Children Learning Adjectives: Event report

On 18th March 2021, Cat Davies and Cecilia Zuniga-Montanez ran an online Continuing Professional Development workshop for researchers, teachers, clinicians and other professionals working with descriptive language. The three main objectives were to share research findings about how children learn descriptive language across academic, clinical and educational sectors, to explore how we can all contribute to promoting adjective learning, and to develop further opportunities for collaborative work.

We had an amazing turnout with 77 attendees joining from all over the world. Most were based in the UK, but there were also people joining from the Netherlands, USA, Switzerland, Kuwait, and India. Most attendees were clinicians, researchers, or teachers, but we were also joined by several early years practitioners, education consultants, students, and other professionals.

In the first part of the event, we were joined by six expert speakers from different fields who discussed their work with descriptive language. The first speaker was Samantha Wilkes, a Lecturer in Primary Education at the Institute of Childhood, Leeds Trinity University, with over 20 years’ experience in primary education. Samantha discussed adjective learning and teaching in the Early Years and Key Stage 1 curriculum. She was followed by Sarah White, a Speech and Language Therapist and Senior Lecturer at Leeds Beckett University, who discussed clinical perspectives on adjective learning in children. Both of them shared resources to promote adjective learning in educational and clinical practice.

We were then joined by two Associate Professors all the way from the United States. Dr Kristen Syrett talked about what adjectives are, their various types and properties, and how caregivers can highlight adjectives in their speech. She was followed by Dr Sudha Arunachalam who shared how researchers investigate children’s adjective learning, and some of the techniques and equipment that they use.

Our fifth speaker was Dr Jamie Lingwood. Jamie showed the patterns of adjectives that children hear from their caregivers during different activities. He also discussed how caregivers can be encouraged to use descriptive language in child-directed speech. Our final speaker was Dr Elena Tribushinina, who joined us from the Netherlands. Elena discussed how toddlers process adjectives in real time, how caregivers use adjectives in their speech, and how caregivers can support children’s processing of adjectives.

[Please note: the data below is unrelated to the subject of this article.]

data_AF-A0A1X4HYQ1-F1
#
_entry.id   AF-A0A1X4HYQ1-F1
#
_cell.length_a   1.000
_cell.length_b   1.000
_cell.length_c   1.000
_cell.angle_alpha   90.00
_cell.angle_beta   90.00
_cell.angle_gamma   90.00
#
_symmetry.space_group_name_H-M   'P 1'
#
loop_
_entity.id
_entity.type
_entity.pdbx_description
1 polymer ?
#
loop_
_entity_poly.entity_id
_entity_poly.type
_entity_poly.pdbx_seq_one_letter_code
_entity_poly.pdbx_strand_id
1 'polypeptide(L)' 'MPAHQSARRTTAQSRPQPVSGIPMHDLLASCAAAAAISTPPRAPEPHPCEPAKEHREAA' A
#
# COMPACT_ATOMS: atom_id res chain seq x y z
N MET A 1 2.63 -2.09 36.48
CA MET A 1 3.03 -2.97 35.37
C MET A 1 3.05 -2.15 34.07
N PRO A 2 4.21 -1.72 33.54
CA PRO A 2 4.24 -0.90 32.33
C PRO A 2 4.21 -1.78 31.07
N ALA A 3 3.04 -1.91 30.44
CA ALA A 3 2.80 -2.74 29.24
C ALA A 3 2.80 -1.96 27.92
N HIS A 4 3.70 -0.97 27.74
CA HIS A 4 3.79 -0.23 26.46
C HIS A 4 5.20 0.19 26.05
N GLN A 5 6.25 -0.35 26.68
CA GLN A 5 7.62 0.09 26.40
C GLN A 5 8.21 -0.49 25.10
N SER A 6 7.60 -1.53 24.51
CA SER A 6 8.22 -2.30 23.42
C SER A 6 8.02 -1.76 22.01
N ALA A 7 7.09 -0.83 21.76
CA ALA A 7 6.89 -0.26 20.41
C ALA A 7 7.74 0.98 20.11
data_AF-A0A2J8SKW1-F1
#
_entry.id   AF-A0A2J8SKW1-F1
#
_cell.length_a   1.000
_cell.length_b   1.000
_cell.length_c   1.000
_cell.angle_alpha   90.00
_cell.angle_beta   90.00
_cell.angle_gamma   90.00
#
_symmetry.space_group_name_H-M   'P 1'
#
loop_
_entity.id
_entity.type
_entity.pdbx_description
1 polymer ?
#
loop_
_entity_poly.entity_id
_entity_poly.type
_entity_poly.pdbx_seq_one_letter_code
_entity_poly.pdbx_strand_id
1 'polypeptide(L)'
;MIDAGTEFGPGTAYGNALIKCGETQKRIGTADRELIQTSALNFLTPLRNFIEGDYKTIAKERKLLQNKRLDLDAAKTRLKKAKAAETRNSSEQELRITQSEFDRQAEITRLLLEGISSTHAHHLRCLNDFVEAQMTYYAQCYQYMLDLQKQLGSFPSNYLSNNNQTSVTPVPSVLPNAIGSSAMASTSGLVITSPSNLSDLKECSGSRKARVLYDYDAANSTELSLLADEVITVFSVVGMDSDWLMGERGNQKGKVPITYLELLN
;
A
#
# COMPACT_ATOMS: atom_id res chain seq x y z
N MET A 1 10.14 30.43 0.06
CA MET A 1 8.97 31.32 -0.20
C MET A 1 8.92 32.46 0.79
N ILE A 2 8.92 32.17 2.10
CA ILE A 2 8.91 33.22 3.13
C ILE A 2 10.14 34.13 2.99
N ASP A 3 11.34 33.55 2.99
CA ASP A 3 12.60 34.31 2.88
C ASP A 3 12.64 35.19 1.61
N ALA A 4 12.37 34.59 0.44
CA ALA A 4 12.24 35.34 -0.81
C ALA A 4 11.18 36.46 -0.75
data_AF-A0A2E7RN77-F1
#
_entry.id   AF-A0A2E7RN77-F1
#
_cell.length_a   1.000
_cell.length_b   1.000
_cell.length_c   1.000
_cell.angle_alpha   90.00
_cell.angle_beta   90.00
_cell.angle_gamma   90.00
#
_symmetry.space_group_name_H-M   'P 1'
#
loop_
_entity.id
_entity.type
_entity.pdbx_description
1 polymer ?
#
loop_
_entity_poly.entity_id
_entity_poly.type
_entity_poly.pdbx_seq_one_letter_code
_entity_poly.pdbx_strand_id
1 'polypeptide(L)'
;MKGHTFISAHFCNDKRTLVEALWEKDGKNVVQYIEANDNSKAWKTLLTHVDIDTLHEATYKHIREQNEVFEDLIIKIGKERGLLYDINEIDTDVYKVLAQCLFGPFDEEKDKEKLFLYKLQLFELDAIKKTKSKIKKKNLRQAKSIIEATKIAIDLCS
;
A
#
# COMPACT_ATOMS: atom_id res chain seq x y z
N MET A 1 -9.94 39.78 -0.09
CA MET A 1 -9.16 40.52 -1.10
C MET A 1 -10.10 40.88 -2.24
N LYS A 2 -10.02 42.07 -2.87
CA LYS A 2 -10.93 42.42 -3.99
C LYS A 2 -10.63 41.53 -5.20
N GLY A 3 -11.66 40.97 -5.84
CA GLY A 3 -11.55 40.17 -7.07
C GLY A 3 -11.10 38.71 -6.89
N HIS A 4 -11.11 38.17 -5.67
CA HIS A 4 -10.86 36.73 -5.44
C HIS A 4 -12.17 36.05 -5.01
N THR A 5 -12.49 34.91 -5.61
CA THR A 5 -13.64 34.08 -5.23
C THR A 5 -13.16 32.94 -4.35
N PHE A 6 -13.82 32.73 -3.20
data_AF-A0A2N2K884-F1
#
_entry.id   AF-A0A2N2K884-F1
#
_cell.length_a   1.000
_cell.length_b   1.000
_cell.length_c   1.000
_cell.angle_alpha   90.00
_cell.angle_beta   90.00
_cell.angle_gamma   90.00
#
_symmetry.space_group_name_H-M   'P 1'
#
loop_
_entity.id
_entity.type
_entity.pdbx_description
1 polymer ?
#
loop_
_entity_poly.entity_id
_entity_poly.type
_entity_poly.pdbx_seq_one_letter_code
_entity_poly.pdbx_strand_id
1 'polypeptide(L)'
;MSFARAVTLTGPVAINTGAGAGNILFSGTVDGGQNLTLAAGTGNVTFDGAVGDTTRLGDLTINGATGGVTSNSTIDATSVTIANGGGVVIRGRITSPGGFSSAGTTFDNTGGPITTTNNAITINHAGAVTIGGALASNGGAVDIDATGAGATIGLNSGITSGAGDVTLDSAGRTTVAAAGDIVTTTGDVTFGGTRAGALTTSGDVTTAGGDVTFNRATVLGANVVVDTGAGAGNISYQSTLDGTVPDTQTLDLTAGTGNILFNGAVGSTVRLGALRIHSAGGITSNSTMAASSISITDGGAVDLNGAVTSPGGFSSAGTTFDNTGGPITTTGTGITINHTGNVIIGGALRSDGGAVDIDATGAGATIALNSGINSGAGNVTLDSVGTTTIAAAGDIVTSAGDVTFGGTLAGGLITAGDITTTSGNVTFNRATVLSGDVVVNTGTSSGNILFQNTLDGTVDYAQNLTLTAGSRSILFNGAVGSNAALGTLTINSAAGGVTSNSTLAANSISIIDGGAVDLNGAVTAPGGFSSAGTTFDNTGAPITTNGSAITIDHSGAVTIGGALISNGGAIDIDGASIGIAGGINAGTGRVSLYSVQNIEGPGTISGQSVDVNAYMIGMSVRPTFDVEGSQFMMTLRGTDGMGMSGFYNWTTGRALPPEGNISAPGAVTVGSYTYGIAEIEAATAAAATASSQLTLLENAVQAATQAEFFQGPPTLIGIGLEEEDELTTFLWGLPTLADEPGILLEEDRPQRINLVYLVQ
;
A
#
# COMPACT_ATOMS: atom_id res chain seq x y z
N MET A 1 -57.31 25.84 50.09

After the talks, we had a discussion session where, in small groups, attendees shared the opportunities and challenges involved in working cross-sector. One of the most commonly shared views was that there is an urgent need for more collaborative work between fields. The challenges that researchers, practitioners, and teachers face were also shared. For example, sometimes teachers and speech and language therapists do not have access to information about evidence-based research when supporting adjective learning. This highlighted the importance of more events such as this one, where professionals from different fields can come together, share their work, and develop ideas for collaborative work. Finally, different ideas on how to link the work from researchers, clinicians and teachers were proposed, for example by exploring learning through art, drama and music.

The event ended with a reflection of what each person was going to take home and share with their colleagues, e.g.

  • I will be sharing with teachers and parents the importance of adjectives, language development and some key strategies.
  • I will definitely be thinking about how to collaborate my SLT goals with Teaching goals.
  • I will follow up with colleagues about ways that their work might intersect with mine. I will think how I can collaborate with people from other fields.
  • Brilliant insights into how SLTs and practitioners teach adjectives in the real world and how researchers investigate descriptive language.

We are delighted that this event brought together people working with descriptive language across different fields. Our next steps are to work with the invited speakers and some of the delegates to produce practitioner reports containing research findings, case studies, and recommendations for practice and research.

If you would like to view the resources and talks from the event, please visit our event website.